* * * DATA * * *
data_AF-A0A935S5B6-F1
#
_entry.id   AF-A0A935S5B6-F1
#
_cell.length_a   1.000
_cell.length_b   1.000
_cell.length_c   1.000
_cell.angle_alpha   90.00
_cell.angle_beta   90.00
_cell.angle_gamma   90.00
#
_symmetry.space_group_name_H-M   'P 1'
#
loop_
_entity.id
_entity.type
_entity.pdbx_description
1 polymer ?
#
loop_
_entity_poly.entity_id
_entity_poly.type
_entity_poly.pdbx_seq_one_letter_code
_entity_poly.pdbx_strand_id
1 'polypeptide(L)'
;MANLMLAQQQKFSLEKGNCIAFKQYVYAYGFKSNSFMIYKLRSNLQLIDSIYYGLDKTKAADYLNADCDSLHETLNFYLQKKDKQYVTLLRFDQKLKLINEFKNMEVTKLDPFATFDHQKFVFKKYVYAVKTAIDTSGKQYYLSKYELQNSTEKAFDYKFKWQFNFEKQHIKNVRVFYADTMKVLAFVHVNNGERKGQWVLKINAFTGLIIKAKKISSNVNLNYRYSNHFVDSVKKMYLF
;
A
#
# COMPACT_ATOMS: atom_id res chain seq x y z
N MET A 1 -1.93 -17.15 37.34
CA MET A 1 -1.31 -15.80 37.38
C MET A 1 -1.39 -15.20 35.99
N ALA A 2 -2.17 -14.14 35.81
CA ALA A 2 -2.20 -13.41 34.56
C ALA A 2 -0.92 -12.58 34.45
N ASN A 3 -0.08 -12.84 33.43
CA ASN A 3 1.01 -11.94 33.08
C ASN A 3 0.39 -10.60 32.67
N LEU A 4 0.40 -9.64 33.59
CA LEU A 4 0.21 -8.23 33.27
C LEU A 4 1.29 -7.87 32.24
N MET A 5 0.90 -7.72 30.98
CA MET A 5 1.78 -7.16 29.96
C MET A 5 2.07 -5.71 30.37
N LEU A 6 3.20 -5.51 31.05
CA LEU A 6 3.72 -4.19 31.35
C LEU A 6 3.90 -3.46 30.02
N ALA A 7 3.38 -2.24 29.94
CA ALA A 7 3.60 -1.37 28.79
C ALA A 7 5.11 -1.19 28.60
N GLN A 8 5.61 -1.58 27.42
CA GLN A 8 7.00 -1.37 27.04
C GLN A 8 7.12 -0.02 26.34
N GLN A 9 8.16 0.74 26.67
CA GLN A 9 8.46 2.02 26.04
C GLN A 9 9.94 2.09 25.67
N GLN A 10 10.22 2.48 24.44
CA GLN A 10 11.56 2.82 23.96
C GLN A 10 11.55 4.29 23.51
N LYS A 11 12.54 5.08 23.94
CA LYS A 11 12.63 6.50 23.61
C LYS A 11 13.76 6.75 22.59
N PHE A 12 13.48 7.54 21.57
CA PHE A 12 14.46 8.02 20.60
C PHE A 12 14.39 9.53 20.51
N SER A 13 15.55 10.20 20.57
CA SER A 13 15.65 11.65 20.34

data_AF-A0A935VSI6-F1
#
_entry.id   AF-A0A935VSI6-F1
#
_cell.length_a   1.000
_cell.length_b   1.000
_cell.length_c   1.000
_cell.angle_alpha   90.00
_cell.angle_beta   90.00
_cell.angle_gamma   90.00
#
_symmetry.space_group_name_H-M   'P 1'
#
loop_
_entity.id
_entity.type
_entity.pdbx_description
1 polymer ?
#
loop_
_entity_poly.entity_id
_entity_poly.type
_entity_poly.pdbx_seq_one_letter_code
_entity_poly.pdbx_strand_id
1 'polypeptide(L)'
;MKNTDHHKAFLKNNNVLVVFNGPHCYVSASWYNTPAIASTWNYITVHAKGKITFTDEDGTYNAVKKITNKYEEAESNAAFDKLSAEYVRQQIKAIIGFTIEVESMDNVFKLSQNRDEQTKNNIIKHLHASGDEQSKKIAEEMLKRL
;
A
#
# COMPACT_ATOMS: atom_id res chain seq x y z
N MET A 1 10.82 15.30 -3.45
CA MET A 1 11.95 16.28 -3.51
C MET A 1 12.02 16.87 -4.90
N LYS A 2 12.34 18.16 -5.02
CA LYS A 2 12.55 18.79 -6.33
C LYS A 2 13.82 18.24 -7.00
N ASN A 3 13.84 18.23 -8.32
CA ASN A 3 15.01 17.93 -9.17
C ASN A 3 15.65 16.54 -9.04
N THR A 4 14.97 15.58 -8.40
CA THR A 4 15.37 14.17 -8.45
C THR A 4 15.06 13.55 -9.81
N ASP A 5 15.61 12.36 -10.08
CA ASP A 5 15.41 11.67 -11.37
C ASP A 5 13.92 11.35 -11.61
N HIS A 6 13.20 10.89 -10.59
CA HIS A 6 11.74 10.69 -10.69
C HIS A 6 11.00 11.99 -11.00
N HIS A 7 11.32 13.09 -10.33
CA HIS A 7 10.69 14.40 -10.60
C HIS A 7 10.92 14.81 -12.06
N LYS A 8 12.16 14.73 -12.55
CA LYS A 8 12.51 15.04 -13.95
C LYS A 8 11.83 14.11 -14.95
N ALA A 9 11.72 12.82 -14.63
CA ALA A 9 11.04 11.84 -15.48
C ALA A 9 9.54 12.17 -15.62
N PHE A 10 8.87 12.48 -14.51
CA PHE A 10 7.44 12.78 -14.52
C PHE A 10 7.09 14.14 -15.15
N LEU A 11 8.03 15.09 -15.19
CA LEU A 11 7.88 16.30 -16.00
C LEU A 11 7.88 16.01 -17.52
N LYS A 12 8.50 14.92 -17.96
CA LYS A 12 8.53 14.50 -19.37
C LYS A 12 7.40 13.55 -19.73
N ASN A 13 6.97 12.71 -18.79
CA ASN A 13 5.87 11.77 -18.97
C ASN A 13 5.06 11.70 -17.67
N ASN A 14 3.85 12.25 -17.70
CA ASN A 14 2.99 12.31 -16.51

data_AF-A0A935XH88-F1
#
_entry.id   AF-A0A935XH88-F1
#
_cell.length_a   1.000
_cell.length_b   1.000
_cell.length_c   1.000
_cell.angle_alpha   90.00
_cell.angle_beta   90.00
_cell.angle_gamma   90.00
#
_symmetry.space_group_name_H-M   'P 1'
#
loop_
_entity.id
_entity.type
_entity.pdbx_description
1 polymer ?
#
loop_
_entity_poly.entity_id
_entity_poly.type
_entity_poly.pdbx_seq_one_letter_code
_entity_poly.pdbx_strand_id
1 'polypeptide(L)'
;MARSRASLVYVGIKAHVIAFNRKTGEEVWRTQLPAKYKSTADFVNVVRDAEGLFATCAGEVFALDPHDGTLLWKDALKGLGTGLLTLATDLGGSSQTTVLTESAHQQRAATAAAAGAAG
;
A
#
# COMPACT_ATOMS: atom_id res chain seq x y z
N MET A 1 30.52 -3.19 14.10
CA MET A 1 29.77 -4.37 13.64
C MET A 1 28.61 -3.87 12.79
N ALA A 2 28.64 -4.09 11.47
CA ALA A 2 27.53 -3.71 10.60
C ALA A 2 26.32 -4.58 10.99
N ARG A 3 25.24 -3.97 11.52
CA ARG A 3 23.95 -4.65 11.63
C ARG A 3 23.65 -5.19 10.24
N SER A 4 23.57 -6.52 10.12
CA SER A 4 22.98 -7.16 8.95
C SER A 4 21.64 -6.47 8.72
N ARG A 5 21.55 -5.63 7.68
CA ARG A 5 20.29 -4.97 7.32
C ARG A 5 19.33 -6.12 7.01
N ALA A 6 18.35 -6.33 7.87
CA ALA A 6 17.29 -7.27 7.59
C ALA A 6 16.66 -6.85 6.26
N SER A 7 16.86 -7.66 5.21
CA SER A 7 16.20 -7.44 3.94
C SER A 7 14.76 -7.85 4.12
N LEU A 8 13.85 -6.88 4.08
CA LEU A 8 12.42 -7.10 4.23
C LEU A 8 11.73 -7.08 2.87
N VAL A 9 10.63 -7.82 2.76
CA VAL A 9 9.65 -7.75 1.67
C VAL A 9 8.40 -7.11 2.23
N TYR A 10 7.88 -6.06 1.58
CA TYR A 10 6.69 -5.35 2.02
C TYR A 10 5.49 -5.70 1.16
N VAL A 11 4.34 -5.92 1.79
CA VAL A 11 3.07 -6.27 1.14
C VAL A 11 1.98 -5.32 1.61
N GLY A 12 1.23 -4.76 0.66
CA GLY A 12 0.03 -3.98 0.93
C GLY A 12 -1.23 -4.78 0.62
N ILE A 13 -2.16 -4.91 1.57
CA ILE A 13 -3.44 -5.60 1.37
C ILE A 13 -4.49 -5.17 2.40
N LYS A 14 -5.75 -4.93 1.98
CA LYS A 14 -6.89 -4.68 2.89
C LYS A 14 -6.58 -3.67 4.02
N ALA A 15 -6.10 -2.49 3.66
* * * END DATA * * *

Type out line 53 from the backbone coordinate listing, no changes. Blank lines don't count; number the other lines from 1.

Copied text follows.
CA GLN A 8 7.00 -1.37 27.04